While the amount of user flexibility is impressive, it takes patience to create a fully customized remote setup for just one room. For instance, when you go into edit mode, you have to teach each button the command you’re assigning it. To do this, you need your original remote. Not only do you have to teach each button individually, it isn’t always accurate, so you should test often throughout the process. However, if you use the generic remote it provides prior to any customization, it’s generally accurate and you could just stop there.

The dongle approach has many advantages: Mainly, your remote is always with you and you don’t have an external device that sucks up more AC. While the VooMote draws on your iPhone’s battery, it didn’t appear to be any more or less than other apps. Since you have to point the Zapper toward your gear, you have to hold the iPhone upside down with the Home button at the top instead of the bottom. Fortunately, due to the iPhone’s accelerometer, even if you switch apps, they will still appear right side up.

If you purchase the dongle from, it only comes in black or white to match your phone’s color. If you want to be more creative and colorful, you can buy iPhone cases in a variety of vibrant colors, such as blue, green, and pink directly from, then purchase a dongle that matches. Future plans include the addition of a TV guide plus Facebook and Twitter feeds sometime this year.

The VooMote is a fun device, although I want to add a caveat that it’s very much a device for techies who are just not impressed by the limitations of other app/hardware solutions. If you enjoy or think you would enjoy this level of programming, the VooMote will completely suck you into its seemingly endless pages of customization goodies. Even if you know you don’t want to do this kind of programming, find a friend who does, pay him a few dollars, and you’ll still be far ahead of the cost for a wholehome control system. That alone makes the value of the VooMote priceless.


Billy's picture

Problem is that you need to always carry this little doohinkie around.It would be easy to misplace. Maybe Apple should add an IR Blaster. I think the Samsungs already have this, even the Galaxy Media Players and the tablets. Might put Logitec out of business, though.

Rob Sabin's picture
Actually a good idea; they have wi-fi control for networked products already and bluetooth communication; a simple imbedded IR blaster (at the top of the phone) would make this app an elegant solution that requires no appendages and properly orients the phone for other uses. Who knows what havoc that might reap on battery life, though.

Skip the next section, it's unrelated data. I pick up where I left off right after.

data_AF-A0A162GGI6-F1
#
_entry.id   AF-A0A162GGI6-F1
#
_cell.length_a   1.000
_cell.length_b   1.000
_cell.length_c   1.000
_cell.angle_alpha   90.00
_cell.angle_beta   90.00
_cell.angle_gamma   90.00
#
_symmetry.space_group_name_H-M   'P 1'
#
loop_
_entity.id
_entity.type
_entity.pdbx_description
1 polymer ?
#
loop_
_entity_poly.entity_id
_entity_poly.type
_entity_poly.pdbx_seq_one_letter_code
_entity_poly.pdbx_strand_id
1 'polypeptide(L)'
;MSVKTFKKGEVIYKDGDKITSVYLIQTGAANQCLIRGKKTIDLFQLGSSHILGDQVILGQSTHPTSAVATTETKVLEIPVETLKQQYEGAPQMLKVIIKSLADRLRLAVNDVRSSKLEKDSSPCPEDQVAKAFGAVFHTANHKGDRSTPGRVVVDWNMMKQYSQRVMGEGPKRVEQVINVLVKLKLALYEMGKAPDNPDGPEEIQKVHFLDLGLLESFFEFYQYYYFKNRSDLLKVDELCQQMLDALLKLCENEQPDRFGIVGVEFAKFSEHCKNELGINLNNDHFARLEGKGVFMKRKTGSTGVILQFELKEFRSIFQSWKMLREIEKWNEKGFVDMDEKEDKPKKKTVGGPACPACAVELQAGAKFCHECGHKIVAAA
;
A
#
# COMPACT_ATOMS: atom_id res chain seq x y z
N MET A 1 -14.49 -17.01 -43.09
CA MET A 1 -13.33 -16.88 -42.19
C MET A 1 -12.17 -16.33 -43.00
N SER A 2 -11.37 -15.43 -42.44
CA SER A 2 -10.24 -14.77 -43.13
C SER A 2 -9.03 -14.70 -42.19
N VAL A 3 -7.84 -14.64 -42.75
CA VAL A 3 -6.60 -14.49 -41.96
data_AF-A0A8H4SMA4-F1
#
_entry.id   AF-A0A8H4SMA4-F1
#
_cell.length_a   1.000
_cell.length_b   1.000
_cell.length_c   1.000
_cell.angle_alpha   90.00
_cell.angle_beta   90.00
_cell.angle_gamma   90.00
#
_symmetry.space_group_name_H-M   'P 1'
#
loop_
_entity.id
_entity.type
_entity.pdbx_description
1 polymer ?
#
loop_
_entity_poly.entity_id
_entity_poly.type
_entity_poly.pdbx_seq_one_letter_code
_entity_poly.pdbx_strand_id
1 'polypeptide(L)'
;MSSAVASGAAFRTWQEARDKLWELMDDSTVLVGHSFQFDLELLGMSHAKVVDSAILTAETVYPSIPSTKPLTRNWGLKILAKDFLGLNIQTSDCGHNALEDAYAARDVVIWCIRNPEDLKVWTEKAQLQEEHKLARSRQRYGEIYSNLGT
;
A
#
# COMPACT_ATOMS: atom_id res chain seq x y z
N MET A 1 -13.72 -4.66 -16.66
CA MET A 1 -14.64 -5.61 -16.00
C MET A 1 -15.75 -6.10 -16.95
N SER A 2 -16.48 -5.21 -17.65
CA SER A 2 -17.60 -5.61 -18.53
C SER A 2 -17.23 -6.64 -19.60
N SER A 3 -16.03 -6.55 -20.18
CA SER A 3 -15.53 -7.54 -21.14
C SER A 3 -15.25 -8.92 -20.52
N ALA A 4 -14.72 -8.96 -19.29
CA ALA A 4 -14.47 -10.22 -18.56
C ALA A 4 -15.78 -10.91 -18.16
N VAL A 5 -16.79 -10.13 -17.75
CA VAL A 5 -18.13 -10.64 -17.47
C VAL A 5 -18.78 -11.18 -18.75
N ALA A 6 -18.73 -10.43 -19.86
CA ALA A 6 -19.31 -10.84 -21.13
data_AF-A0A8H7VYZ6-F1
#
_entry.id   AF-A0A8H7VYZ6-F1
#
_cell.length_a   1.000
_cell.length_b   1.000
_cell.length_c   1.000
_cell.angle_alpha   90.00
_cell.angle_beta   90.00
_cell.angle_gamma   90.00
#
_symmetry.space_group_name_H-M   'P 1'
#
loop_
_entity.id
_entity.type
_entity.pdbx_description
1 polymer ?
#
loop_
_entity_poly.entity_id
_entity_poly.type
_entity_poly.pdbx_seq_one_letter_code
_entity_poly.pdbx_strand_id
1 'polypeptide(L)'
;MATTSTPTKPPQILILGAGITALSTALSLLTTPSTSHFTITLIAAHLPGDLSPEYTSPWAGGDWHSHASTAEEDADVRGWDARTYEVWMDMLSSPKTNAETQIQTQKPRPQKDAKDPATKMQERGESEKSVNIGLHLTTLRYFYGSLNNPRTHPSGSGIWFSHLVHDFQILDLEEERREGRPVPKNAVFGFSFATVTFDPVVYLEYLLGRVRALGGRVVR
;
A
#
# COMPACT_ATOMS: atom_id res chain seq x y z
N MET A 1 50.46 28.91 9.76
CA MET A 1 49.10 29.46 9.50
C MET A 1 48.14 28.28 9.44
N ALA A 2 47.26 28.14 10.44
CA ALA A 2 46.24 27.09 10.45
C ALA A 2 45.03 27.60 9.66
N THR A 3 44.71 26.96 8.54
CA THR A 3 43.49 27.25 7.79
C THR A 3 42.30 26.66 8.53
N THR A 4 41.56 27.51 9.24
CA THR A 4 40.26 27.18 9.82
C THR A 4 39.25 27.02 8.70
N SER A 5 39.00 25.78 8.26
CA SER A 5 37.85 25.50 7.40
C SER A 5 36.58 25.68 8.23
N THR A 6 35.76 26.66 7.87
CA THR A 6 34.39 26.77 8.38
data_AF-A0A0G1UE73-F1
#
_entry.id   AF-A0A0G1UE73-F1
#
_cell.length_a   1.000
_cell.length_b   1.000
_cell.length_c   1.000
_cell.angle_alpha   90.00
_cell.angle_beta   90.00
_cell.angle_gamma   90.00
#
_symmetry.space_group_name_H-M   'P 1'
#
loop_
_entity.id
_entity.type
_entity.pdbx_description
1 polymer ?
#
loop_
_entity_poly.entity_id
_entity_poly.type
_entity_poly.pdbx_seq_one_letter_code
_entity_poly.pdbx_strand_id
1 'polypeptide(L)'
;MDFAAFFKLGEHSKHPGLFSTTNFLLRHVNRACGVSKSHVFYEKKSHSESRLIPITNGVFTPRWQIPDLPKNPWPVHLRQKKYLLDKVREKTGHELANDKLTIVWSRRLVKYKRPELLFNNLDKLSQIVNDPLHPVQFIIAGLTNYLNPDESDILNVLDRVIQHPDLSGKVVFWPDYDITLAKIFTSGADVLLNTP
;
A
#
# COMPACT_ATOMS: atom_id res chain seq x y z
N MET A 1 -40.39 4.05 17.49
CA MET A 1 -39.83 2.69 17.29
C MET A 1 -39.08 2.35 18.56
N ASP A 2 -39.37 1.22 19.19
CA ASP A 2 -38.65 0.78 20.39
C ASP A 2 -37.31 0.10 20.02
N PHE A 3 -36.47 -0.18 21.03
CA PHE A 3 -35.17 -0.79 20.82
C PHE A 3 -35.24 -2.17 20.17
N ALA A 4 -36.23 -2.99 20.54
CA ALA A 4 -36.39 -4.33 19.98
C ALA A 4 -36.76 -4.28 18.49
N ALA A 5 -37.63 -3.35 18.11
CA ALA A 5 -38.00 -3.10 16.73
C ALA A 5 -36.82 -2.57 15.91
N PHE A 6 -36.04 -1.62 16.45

corbey's picture

I'm the sort of person who would enjoy programming this device. In fact, I already have several RC apps on my iPad that I can use to control all my networked devices, except the Oppo blu-ray player. They work fine and are fun at first, but I'm finding that I usually just reach for my Harmony One for most everyday tasks. It's easier and faster.

The exception is for devices that have a display that is too small to read from a distance, such as the Logitech Squeezebox Touch. Then it's easier to use an app to pick the music you want to hear or to change the function.

Interesting review. Thanks.

Rob Sabin's picture
Funny, I've had mixed results using the manufacturer developed apps for various receivers and what not -- they seem to lose sync with the network or the device frequently and need to be rebooted from scratch. But the one thing I can say for any app-based remote is that you can pick them up and work them in the dark. That's true of a Harmony One or any touchscreen-based or display-based universal as well, but considering the low cost of these things they do solve a pretty key problem for dark room viewing.
Stanman98075's picture

I wish it would have worked. My Vizio TV wasn't in their database, and the device absolutely would not learn the IR codes for it. No problem with other devices.